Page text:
Grizzlies, due to their large size, speed and sheer strength are formidable predators and can count everything from chicken and rabbits up to cattle as part of their potential diet. Raising livestock in grizzly country puts an onus on the owner to protect the livestock from depredation by grizzlies and other predators. Check out specific electric fencing information here.

Other things to consider when raising livestock:

  • Keep feed secured indoors or in bear resistant containers.
  • Keep chickens and small livestock in at night.
  • Keep young animals close to the home and protected with electric fencing.
  • Don’t bury carcasses in areas where you wish to exclude bears.
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Fruit Trees

Fruit trees are great for food security and can hit all the check boxes for a locally sourced, organic, contribution to a diet - but, if not managed properly, can create major safety concerns for the home-owner and may contribute to the destruction of a food-conditioned bear. Grizzly eat a lot of wild fruit like huckleberries, blueberries, elder berries and mountain ash so they can quickly adopt our fruit trees as their own.

  • Pick fruit and allow it to ripen indoors or pick daily as it ripens. Do not allow windfall to accumulate on the ground.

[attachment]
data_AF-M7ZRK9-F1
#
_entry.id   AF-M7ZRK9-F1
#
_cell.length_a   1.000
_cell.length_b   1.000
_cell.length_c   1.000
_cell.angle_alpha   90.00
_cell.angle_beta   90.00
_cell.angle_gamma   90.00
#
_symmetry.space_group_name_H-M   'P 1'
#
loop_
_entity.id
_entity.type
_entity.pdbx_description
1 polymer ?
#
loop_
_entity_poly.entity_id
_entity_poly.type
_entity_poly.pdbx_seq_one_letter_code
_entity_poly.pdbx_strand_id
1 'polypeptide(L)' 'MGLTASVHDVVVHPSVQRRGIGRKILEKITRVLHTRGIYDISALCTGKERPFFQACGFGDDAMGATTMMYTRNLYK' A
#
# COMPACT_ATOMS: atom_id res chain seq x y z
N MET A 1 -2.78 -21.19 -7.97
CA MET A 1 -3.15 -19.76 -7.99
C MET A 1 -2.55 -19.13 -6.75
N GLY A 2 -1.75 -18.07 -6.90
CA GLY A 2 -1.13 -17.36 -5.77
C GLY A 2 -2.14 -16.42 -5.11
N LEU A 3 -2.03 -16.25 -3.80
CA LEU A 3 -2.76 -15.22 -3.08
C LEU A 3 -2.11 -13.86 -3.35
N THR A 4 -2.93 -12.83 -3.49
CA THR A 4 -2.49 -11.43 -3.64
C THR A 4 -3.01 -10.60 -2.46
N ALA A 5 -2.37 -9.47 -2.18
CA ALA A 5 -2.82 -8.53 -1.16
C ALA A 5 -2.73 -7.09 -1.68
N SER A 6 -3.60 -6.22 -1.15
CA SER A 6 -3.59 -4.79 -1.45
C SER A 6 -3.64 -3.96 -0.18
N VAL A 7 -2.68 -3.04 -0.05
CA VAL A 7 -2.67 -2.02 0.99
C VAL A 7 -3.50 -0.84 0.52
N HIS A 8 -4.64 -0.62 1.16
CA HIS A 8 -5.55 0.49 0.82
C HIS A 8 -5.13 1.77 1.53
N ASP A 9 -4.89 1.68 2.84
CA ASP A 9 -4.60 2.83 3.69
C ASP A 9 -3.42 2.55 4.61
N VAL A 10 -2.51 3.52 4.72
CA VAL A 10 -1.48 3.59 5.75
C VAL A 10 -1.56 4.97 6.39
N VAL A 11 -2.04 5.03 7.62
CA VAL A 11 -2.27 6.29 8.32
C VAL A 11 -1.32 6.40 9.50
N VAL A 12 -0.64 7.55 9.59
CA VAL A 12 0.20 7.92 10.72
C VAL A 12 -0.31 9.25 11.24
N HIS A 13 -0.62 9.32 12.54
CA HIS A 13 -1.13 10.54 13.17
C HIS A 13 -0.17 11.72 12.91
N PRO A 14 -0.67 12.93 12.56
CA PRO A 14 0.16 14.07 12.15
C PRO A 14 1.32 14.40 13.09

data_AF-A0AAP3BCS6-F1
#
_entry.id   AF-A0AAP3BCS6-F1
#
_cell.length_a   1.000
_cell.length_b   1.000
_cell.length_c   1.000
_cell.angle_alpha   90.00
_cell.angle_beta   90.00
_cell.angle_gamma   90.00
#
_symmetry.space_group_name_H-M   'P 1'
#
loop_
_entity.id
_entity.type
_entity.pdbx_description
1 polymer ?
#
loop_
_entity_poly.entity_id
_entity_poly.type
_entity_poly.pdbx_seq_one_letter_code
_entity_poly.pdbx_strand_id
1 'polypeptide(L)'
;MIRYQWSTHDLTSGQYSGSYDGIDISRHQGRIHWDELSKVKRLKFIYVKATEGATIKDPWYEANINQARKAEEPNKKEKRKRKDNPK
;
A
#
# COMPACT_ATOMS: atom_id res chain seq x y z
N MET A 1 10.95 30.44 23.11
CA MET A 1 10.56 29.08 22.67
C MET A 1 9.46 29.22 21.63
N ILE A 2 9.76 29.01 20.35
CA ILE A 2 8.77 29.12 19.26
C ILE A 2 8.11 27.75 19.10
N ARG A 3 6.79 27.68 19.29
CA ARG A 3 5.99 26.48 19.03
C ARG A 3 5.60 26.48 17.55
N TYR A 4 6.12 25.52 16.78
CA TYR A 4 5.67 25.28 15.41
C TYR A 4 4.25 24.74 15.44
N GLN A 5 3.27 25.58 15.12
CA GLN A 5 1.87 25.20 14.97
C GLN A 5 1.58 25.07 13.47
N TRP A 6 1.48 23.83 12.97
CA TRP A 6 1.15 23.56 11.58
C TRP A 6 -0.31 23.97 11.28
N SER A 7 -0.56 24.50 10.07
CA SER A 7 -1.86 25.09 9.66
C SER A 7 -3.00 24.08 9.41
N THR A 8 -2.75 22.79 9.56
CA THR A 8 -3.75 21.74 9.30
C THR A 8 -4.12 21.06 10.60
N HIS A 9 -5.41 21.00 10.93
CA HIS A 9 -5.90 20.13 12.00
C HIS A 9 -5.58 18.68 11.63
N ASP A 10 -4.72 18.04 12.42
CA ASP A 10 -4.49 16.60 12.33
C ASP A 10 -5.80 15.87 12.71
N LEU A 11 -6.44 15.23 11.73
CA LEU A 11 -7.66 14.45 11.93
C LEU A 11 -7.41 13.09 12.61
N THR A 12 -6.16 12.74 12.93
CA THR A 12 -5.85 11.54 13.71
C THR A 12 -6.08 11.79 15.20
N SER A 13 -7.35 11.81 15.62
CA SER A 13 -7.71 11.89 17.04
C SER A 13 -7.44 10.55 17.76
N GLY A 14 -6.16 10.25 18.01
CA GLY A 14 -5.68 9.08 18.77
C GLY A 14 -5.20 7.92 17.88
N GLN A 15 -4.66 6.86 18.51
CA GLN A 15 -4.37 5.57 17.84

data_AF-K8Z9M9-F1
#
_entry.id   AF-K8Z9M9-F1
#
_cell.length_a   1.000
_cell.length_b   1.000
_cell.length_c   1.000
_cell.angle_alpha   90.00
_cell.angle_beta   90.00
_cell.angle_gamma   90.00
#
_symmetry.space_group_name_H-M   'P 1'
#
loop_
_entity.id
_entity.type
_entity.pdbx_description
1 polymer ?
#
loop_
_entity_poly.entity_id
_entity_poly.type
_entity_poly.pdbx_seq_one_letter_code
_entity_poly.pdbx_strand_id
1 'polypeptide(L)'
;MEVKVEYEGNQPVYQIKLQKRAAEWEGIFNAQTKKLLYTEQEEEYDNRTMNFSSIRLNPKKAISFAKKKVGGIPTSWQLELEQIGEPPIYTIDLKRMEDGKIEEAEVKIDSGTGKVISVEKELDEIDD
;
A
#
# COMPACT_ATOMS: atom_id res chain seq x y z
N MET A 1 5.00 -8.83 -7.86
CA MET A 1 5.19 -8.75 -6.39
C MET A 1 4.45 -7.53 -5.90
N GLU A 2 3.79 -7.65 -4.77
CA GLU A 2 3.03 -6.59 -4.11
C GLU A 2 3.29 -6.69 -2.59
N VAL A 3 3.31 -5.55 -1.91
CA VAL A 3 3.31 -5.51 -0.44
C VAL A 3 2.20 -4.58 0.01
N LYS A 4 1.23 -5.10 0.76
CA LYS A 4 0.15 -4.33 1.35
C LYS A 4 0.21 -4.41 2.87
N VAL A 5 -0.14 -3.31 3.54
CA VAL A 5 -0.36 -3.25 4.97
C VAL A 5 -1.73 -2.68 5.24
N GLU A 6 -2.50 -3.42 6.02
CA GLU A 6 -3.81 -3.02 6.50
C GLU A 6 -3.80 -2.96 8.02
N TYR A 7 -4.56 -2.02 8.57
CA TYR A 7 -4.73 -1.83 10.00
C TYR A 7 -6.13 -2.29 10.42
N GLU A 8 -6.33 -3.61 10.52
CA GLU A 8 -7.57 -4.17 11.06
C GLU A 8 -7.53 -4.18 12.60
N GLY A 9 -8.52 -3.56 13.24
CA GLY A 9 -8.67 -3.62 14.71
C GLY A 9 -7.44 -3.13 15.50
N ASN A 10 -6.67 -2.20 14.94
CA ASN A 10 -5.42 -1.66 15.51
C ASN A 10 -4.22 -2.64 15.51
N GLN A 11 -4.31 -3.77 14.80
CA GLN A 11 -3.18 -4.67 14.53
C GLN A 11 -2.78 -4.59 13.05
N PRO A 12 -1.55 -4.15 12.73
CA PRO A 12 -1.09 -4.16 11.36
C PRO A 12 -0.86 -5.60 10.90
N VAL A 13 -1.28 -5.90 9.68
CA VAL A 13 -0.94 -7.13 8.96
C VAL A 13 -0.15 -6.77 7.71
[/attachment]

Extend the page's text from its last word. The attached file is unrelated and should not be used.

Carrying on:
• If you do not want the fruit, prune the tree vigorously to prevent blossoms or spray spring blossoms with a garden hose to knock them off.
  • If you would like to make the fruit available to others, contact a local fruit exchange program or food bank.
  • Consider using electric fencing to protect your fruit trees.
  • If you no longer want to manage your tree, consider replacement with a native, non-fruit bearing variety.

Garbage

Properly managing your garbage will not only prevent grizzlies from accessing it, but it will also keep a multitude of other animals from becoming food-conditioned and at great risk of being destroyed for having become a 'problem' animal in our neighbourhoods.

  • Store garbage in a secure building until collection day or consider purchasing a bear-resistant household container.
  • Ensure bins are tightly closed.
  • Regularly wash all recycling items and clean the bins that contain garbage or recycling.
  • Do not leave garbage in the back of a truck, even if it has a canopy.